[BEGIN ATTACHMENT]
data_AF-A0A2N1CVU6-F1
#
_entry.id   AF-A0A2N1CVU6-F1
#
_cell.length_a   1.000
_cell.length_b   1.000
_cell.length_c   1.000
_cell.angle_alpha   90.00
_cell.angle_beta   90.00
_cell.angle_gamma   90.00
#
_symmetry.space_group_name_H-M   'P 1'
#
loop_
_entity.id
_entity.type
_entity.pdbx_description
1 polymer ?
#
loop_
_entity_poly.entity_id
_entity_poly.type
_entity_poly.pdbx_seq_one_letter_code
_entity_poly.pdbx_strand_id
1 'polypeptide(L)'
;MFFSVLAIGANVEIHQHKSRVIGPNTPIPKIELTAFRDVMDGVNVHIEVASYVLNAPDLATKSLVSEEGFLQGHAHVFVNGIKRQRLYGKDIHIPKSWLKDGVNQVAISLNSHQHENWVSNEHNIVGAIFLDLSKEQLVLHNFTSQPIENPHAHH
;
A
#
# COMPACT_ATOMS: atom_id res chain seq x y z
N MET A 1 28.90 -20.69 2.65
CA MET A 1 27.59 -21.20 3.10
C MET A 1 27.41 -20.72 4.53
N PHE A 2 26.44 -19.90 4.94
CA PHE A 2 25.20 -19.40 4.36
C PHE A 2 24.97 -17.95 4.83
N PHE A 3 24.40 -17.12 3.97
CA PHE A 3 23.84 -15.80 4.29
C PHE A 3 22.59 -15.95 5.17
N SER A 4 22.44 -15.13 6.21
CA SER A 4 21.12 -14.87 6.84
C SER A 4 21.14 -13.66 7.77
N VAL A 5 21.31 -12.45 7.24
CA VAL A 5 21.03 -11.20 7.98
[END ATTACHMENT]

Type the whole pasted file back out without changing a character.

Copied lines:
data_AF-A0A2N1CVU6-F1
#
_entry.id   AF-A0A2N1CVU6-F1
#
_cell.length_a   1.000
_cell.length_b   1.000
_cell.length_c   1.000
_cell.angle_alpha   90.00
_cell.angle_beta   90.00
_cell.angle_gamma   90.00
#
_symmetry.space_group_name_H-M   'P 1'
#
loop_
_entity.id
_entity.type
_entity.pdbx_description
1 polymer ?
#
loop_
_entity_poly.entity_id
_entity_poly.type
_entity_poly.pdbx_seq_one_letter_code
_entity_poly.pdbx_strand_id
1 'polypeptide(L)'
;MFFSVLAIGANVEIHQHKSRVIGPNTPIPKIELTAFRDVMDGVNVHIEVASYVLNAPDLATKSLVSEEGFLQGHAHVFVNGIKRQRLYGKDIHIPKSWLKDGVNQVAISLNSHQHENWVSNEHNIVGAIFLDLSKEQLVLHNFTSQPIENPHAHH
;
A
#
# COMPACT_ATOMS: atom_id res chain seq x y z
N MET A 1 28.90 -20.69 2.65
CA MET A 1 27.59 -21.20 3.10
C MET A 1 27.41 -20.72 4.53
N PHE A 2 26.44 -19.90 4.94
CA PHE A 2 25.20 -19.40 4.36
C PHE A 2 24.97 -17.95 4.83
N PHE A 3 24.40 -17.12 3.97
CA PHE A 3 23.84 -15.80 4.29
C PHE A 3 22.59 -15.95 5.17
N SER A 4 22.44 -15.13 6.21
CA SER A 4 21.12 -14.87 6.84
C SER A 4 21.14 -13.66 7.77
N VAL A 5 21.31 -12.45 7.24
CA VAL A 5 21.03 -11.20 7.98